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Equilibrated Ordinary Chondrite L6 with textural and mineralogical characteristics of shock events.


The meteorite exhibits a texture with high recrystallization, with only a few discernible chondrules in the middle of the matrix. The visible chondrules vary in shape (round to elongated), size (with an average of 0.8 mm) and internal texture (porphyritic, poikilitic, barred, radial and granular). The meteorite also has textural and mineralogical characteristics from which it suffered shock events, such as the transformation of feldspar into maskelinite and undulating extinction in ferromagnesian minerals. Source: Gomes & Keil (1980).


According to Symes & Hutchison (1970) and Keil et al. (1978b), the meteorite mainly consists of Olivine Fa24.8, low Ca pyroxene (bronzite) Fs21.3 and metallic phases FeNi (kamacite, taenite and plessite), with smaller amounts of chromite and plagioclase. Keil et al. (1978b) observed that the maskelinite plagioclase was transformed into isotropic to slightly anisotropic due to solid-state shock metamorphism. This shock transformation must have occurred after the glass matrix was recrystallized. Maskelinite is an oligoclase in composition Ab81.0 An12.4 Or6.6. Accessory minerals include chromite and whitlockite. Source: Gomes & Keil (1980).


The classification for the chemical L group was first suggested by Symes & Hutchison (1970) and later confirmed by Keil et al. (1978b), through the composition of olivine, pyroxene, plagioclase, chromite and total chemistry. Total chemistry supports the L classification due to the following reasons found by Keil et al. (1978b) and Symes & Hutchison (1970), respectively: Feº / Ni (5.24; 5.50), Fe / SiO2 (0.58; 0.58) and Feº / Fe (0.27; 0.28), as well as the concentration of total Fe in the meteorite ( 22.31%; 23.3%) and total FeNi of 7.25% and 7.86%. The petrographic classification type 6, according to Van Schmus & Wood (1967), is due to the high recrystallization of the matrix, a very poorly defined chondritic texture and the compositional homogeneity of olivines and pyroxenes. Source: Gomes & Keil (1980).


Not reported by the Meteoritical Bulletin Database. A preliminary description was given by Roisenberg (1970). A more detailed study of the meteorite was carried out by Symes & Hutchison (1970) and Keil et al. (1978b). Source: Gomes & Keil (1980).


The meteorite fell in the afternoon (16:30) of August 16, 1937. The whole city of Putinga was gathered to celebrate the day of the city's patron, São Roque, when, suddenly, there were sounds of fireworks fireworks and, at the same time, thunder in the clear sky: "fulmine al cielo sereno", an expression widely used in the region populated by Italian and German settlers. Everyone looked at each other in fright when a dark cloud clouded the sky and a shower of stones fell over the city. A smell of burning, like sulfur, washed over the place. Dr. Vicenzo Guaragna, an Italian doctor residing there, was straightforward, saying that it was certainly a meteorite, in which he was accompanied by the priest. Other witnesses later said they saw large pieces of stone falling from the sky, very close to the city. The next day, about 200kg of stone was removed from holes about 1 to 2 meters deep. The precipitation of thousands of smaller fragments also reached the neighboring municipality of Ilópolis and part of Soledade. The meteorite rain was perhaps the biggest ever in Brazilian territory. A little over 200kg were collected at the time and, by calculations, at least 1000kg are still lost among the pine forests that cover the region. The interest aroused at the time excited the entire state, the subject being published prominently in the newspapers of the following days. The then mayor of Putinga, Demétrio Costi, sent to the newspaper Diário de Notícias, from Porto Alegre, two fragments weighing 45 kg, one, and 55 kg., The other. Both were exposed for a long time in the lobby of the newspaper's headquarters. Subsequently, the 45kg fragment was sent to the Luiz Englert Museum, at UFRGS, where it still exists today. Over time, the event fell by the wayside. The meteorites were disappearing from view, as well as the memory ... Nothing is known today about the 55 kg, which had been taken to the newspaper; neither is there news of another fragment, this one weighing 90kg. In 1963, already knowing the importance of meteorites, Dr. Hardy Grunewaldt, a physician residing in Arroio do Meio, sought to find out about the fact that he had witnessed as a child in the city of Candelária. Returning to the place in the company of Mr. Hermínio Cé, he obtained some fragments, sending them, later, accompanied by an account of his history, to some museums, including the Smithsonian Stitution, of Washington, the Vatican Museum, the Deutsche Museum , the British Museum and the National Museum of Rio de Janeiro. The bolide was seen in several cities in the Taquari River region, in Rio Grande do Sul, following a straight line from SSE to NNW leaving a trail of smoke that remained in the sky until nightfall. The sound effect was heard within a 50km radius and can be observed within a radius of at least 100km. Description obtained in the documents of National Museum.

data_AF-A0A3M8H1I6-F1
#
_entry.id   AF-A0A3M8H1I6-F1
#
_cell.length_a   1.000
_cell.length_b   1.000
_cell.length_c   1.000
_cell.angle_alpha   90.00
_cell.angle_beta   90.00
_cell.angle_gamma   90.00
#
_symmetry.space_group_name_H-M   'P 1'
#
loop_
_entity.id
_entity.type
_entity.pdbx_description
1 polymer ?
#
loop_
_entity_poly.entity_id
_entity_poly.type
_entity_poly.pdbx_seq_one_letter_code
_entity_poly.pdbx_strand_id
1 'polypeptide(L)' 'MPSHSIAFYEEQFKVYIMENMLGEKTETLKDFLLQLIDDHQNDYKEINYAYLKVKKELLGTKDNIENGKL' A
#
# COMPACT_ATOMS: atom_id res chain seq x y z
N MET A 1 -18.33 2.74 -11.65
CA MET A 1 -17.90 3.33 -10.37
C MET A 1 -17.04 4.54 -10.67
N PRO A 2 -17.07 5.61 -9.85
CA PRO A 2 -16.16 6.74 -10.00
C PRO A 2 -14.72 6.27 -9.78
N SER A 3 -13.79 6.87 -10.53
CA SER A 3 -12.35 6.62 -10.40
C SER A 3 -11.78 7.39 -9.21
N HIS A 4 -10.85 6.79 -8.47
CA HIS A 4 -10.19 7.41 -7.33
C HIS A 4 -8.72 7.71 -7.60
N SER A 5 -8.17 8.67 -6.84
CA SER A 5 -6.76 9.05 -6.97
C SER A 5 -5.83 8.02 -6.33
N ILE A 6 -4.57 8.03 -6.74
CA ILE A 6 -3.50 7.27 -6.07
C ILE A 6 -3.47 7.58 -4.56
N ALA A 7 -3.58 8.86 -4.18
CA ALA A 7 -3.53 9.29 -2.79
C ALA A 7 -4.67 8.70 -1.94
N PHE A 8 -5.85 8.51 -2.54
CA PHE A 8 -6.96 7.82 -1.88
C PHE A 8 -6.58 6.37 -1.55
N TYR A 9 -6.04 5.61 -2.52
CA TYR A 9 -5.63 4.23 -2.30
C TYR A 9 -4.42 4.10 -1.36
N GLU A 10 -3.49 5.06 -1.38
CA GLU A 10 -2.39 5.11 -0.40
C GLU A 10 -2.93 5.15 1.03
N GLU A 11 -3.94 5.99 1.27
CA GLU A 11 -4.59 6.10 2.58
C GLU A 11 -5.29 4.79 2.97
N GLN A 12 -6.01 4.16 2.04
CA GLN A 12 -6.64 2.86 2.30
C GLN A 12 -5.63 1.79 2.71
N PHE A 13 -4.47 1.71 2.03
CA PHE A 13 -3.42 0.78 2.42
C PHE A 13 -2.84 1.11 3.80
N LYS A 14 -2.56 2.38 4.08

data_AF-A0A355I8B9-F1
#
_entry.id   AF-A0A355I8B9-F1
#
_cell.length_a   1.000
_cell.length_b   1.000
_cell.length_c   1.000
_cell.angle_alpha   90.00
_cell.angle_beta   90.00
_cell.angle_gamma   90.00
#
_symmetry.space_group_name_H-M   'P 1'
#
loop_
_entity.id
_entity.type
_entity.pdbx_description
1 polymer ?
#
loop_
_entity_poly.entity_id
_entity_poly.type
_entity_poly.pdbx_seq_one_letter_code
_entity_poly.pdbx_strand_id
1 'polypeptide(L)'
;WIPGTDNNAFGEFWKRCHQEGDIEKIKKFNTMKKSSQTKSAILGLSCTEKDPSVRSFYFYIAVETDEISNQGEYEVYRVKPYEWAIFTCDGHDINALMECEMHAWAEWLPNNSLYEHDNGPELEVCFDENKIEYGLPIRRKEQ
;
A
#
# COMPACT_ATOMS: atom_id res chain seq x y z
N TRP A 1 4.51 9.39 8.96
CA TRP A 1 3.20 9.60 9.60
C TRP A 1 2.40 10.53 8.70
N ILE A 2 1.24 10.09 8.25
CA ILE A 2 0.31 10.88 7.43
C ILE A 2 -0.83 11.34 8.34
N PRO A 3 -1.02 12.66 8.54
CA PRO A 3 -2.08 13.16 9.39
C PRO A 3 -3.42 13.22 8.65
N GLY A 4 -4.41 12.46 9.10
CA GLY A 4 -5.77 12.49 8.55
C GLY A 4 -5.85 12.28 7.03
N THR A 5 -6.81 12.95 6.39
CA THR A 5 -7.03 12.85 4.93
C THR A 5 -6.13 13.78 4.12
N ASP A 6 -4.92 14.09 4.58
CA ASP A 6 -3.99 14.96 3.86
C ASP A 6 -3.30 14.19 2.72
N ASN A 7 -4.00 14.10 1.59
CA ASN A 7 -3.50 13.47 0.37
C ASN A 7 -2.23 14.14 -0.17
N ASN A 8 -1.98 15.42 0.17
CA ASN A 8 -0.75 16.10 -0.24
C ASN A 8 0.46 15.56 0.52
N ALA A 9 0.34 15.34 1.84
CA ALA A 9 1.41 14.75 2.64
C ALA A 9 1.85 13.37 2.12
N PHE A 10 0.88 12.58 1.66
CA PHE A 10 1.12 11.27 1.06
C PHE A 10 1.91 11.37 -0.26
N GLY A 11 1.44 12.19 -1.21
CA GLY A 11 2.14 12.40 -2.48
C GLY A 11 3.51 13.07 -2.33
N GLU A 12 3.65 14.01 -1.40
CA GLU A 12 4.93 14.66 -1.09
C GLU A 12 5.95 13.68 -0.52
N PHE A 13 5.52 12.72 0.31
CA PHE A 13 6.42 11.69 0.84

All information that does not have a specific source was extracted from the Meteoritical Bulletin Database.

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